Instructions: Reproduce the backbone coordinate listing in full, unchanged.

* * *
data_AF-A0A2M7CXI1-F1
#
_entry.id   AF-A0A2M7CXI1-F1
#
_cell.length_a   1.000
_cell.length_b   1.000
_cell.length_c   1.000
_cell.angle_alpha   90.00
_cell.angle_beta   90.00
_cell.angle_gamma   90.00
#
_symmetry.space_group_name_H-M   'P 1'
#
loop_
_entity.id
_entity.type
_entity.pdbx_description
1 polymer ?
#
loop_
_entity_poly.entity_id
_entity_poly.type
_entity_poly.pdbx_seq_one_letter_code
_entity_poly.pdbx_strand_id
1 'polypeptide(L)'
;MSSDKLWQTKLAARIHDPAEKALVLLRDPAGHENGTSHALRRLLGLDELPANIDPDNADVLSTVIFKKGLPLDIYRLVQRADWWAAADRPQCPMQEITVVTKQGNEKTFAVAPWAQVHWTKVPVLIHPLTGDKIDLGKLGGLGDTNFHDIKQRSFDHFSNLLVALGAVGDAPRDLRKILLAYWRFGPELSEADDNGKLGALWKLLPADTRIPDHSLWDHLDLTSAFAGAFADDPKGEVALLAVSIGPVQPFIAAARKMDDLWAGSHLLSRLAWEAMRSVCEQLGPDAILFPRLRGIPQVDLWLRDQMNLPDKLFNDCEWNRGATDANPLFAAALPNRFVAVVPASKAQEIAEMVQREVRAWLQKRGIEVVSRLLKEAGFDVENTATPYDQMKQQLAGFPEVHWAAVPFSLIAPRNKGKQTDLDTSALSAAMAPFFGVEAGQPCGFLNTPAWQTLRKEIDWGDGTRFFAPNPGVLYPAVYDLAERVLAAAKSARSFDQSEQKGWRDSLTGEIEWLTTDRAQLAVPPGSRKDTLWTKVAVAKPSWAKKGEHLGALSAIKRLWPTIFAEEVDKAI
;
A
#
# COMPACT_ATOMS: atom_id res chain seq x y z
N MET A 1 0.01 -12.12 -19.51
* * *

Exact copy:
data_AF-A0A2M7CXI1-F1
#
_entry.id   AF-A0A2M7CXI1-F1
#
_cell.length_a   1.000
_cell.length_b   1.000
_cell.length_c   1.000
_cell.angle_alpha   90.00
_cell.angle_beta   90.00
_cell.angle_gamma   90.00
#
_symmetry.space_group_name_H-M   'P 1'
#
loop_
_entity.id
_entity.type
_entity.pdbx_description
1 polymer ?
#
loop_
_entity_poly.entity_id
_entity_poly.type
_entity_poly.pdbx_seq_one_letter_code
_entity_poly.pdbx_strand_id
1 'polypeptide(L)'
;MSSDKLWQTKLAARIHDPAEKALVLLRDPAGHENGTSHALRRLLGLDELPANIDPDNADVLSTVIFKKGLPLDIYRLVQRADWWAAADRPQCPMQEITVVTKQGNEKTFAVAPWAQVHWTKVPVLIHPLTGDKIDLGKLGGLGDTNFHDIKQRSFDHFSNLLVALGAVGDAPRDLRKILLAYWRFGPELSEADDNGKLGALWKLLPADTRIPDHSLWDHLDLTSAFAGAFADDPKGEVALLAVSIGPVQPFIAAARKMDDLWAGSHLLSRLAWEAMRSVCEQLGPDAILFPRLRGIPQVDLWLRDQMNLPDKLFNDCEWNRGATDANPLFAAALPNRFVAVVPASKAQEIAEMVQREVRAWLQKRGIEVVSRLLKEAGFDVENTATPYDQMKQQLAGFPEVHWAAVPFSLIAPRNKGKQTDLDTSALSAAMAPFFGVEAGQPCGFLNTPAWQTLRKEIDWGDGTRFFAPNPGVLYPAVYDLAERVLAAAKSARSFDQSEQKGWRDSLTGEIEWLTTDRAQLAVPPGSRKDTLWTKVAVAKPSWAKKGEHLGALSAIKRLWPTIFAEEVDKAI
;
A
#
# COMPACT_ATOMS: atom_id res chain seq x y z
N MET A 1 0.01 -12.12 -19.51